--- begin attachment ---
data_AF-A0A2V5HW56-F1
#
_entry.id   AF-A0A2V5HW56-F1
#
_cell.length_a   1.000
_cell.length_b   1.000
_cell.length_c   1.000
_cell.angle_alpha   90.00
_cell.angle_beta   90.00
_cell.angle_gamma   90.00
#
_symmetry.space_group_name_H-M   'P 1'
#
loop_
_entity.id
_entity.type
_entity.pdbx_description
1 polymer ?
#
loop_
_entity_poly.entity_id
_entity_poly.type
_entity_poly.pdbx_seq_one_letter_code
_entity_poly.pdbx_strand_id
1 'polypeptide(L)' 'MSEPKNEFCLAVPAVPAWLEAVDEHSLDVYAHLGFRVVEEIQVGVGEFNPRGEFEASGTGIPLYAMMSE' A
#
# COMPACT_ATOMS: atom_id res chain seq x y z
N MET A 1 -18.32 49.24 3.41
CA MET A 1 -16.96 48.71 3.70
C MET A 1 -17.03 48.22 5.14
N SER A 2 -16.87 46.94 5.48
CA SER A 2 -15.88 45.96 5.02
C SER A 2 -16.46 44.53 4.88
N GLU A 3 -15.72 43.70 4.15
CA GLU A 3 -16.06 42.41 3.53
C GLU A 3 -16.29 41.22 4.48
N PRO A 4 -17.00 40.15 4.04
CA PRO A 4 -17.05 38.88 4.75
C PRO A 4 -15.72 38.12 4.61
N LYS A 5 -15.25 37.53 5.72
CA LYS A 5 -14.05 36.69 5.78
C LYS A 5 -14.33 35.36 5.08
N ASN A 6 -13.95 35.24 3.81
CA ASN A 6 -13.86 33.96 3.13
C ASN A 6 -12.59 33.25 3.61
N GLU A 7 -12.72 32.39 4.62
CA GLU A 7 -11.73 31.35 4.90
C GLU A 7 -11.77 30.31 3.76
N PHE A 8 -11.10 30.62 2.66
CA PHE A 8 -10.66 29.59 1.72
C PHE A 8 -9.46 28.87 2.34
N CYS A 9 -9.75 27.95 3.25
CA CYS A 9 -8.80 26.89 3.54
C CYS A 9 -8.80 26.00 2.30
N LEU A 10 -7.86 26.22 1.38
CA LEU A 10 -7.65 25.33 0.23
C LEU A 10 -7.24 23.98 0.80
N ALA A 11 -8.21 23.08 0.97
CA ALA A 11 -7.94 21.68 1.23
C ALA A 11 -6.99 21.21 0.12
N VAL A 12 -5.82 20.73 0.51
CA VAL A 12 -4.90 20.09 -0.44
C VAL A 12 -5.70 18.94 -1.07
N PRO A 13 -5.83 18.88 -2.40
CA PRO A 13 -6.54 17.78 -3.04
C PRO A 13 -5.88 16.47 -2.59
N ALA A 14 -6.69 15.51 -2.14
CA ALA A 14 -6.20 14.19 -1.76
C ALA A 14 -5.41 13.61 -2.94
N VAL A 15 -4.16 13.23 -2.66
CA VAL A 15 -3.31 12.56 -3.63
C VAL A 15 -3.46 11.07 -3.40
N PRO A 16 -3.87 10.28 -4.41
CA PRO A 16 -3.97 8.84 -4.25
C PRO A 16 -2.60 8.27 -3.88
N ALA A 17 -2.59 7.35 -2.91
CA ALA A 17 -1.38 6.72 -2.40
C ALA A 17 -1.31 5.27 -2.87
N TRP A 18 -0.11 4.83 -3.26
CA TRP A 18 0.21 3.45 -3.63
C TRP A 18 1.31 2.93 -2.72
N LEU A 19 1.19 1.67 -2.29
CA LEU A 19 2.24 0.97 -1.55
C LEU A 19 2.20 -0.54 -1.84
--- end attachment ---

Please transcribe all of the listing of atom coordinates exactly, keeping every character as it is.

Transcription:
data_AF-A0A2V5HW56-F1
#
_entry.id   AF-A0A2V5HW56-F1
#
_cell.length_a   1.000
_cell.length_b   1.000
_cell.length_c   1.000
_cell.angle_alpha   90.00
_cell.angle_beta   90.00
_cell.angle_gamma   90.00
#
_symmetry.space_group_name_H-M   'P 1'
#
loop_
_entity.id
_entity.type
_entity.pdbx_description
1 polymer ?
#
loop_
_entity_poly.entity_id
_entity_poly.type
_entity_poly.pdbx_seq_one_letter_code
_entity_poly.pdbx_strand_id
1 'polypeptide(L)' 'MSEPKNEFCLAVPAVPAWLEAVDEHSLDVYAHLGFRVVEEIQVGVGEFNPRGEFEASGTGIPLYAMMSE' A
#
# COMPACT_ATOMS: atom_id res chain seq x y z
N MET A 1 -18.32 49.24 3.41
CA MET A 1 -16.96 48.71 3.70
C MET A 1 -17.03 48.22 5.14
N SER A 2 -16.87 46.94 5.48
CA SER A 2 -15.88 45.96 5.02
C SER A 2 -16.46 44.53 4.88
N GLU A 3 -15.72 43.70 4.15
CA GLU A 3 -16.06 42.41 3.53
C GLU A 3 -16.29 41.22 4.48
N PRO A 4 -17.00 40.15 4.04
CA PRO A 4 -17.05 38.88 4.75
C PRO A 4 -15.72 38.12 4.61
N LYS A 5 -15.25 37.53 5.72
CA LYS A 5 -14.05 36.69 5.78
C LYS A 5 -14.33 35.36 5.08
N ASN A 6 -13.95 35.24 3.81
CA ASN A 6 -13.86 33.96 3.13
C ASN A 6 -12.59 33.25 3.61
N GLU A 7 -12.72 32.39 4.62
CA GLU A 7 -11.73 31.35 4.90
C GLU A 7 -11.77 30.31 3.76
N PHE A 8 -11.10 30.62 2.66
CA PHE A 8 -10.66 29.59 1.72
C PHE A 8 -9.46 28.87 2.34
N CYS A 9 -9.75 27.95 3.25
CA CYS A 9 -8.80 26.89 3.54
C CYS A 9 -8.80 26.00 2.30
N LEU A 10 -7.86 26.22 1.38
CA LEU A 10 -7.65 25.33 0.23
C LEU A 10 -7.24 23.98 0.80
N ALA A 11 -8.21 23.08 0.97
CA ALA A 11 -7.94 21.68 1.23
C ALA A 11 -6.99 21.21 0.12
N VAL A 12 -5.82 20.73 0.51
CA VAL A 12 -4.90 20.09 -0.44
C VAL A 12 -5.70 18.94 -1.07
N PRO A 13 -5.83 18.88 -2.40
CA PRO A 13 -6.54 17.78 -3.04
C PRO A 13 -5.88 16.47 -2.59
N ALA A 14 -6.69 15.51 -2.14
CA ALA A 14 -6.20 14.19 -1.76
C ALA A 14 -5.41 13.61 -2.94
N VAL A 15 -4.16 13.23 -2.66
CA VAL A 15 -3.31 12.56 -3.63
C VAL A 15 -3.46 11.07 -3.40
N PRO A 16 -3.87 10.28 -4.41
CA PRO A 16 -3.97 8.84 -4.25
C PRO A 16 -2.60 8.27 -3.88
N ALA A 17 -2.59 7.35 -2.91
CA ALA A 17 -1.38 6.72 -2.40
C ALA A 17 -1.31 5.27 -2.87
N TRP A 18 -0.11 4.83 -3.26
CA TRP A 18 0.21 3.45 -3.63
C TRP A 18 1.31 2.93 -2.72
N LEU A 19 1.19 1.67 -2.29
CA LEU A 19 2.24 0.97 -1.55
C LEU A 19 2.20 -0.54 -1.84